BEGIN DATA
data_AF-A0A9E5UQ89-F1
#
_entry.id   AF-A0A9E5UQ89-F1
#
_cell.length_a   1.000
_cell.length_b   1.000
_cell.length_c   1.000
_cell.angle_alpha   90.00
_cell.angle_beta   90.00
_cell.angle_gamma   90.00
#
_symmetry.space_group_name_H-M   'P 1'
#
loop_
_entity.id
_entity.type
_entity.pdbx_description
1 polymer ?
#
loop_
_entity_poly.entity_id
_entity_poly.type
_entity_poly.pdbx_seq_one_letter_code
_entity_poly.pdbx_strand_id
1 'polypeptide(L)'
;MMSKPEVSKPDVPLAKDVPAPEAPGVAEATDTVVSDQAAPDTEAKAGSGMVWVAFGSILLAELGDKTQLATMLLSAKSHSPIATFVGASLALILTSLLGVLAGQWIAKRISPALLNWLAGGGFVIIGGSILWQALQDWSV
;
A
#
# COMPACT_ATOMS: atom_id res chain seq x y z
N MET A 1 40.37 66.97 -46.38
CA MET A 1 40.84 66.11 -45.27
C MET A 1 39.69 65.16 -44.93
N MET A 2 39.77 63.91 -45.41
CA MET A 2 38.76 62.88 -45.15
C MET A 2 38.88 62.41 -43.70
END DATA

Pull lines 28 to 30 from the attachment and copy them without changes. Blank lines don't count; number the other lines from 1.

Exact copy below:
A
#
# COMPACT_ATOMS: atom_id res chain seq x y z